Wolves howl because they care

When a member of the wolf pack leaves the group, the howling by those left behind isn't a reflection of stress but of the quality of their relationships. So say researchers based on a study of nine wolves from two packs living ...

First-of-a-kind tension wood study broadens biofuels research

Taking a cue from Mother Nature, researchers at the Department of Energy's BioEnergy Science Center have undertaken a first-of-its-kind study of a naturally occurring phenomenon in trees to spur the development of more efficient ...

For some whales, sonar may provoke suicidal behaviour: study

Scientists have long known that some beaked whales beach themselves and die in agony after exposure to naval sonar, and now they know why: the giant sea mammals suffer decompression sickness, just like scuba divers.

Improving crop yields in a world of extreme weather events

Farmers in the United States witnessed record-breaking extremes in temperature and drought during the last two summers, causing worldwide increases in the costs of food, feed and fiber. Indeed, many climate scientists caution ...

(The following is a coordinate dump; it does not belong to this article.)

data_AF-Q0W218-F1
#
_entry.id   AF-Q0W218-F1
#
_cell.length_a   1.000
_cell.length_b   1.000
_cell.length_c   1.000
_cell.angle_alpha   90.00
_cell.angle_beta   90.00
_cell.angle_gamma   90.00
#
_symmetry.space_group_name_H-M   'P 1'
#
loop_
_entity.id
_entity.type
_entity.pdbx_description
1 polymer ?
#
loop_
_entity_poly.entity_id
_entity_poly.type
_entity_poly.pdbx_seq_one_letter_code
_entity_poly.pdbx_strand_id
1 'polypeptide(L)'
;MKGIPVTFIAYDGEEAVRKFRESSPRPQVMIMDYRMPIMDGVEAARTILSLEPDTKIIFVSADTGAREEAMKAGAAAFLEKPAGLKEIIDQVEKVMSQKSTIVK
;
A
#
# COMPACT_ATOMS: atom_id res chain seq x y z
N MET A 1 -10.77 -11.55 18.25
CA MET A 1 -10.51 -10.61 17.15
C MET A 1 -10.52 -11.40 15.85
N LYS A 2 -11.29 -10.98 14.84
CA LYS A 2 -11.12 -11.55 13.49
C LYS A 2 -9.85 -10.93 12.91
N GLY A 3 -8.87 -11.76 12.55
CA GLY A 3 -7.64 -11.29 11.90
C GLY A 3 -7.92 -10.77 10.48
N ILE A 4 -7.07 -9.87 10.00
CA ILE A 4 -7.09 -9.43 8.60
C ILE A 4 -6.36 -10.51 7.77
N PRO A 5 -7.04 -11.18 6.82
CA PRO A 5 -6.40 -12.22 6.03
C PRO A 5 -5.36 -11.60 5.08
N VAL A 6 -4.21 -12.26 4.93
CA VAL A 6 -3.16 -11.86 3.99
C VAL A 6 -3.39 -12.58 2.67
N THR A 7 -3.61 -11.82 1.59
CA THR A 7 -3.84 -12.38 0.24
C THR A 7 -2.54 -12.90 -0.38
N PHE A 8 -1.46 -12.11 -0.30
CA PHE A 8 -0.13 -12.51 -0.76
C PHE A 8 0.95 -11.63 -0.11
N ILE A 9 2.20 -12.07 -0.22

page 1 from 12

Fight-or-flight response

The "fight-or-flight response", also called the "fight-or-flight-or-freeze response", the "fright, fight or flight response", "hyperarousal" or the "acute stress response", was first described by Walter Cannon in 1929.

His theory states that animals react to threats with a general discharge of the sympathetic nervous system, priming the animal for fighting or fleeing. This response was later recognized as the first stage of a general adaptation syndrome that regulates stress responses among vertebrates and other organisms.

This text uses material from Wikipedia, licensed under CC BY-SA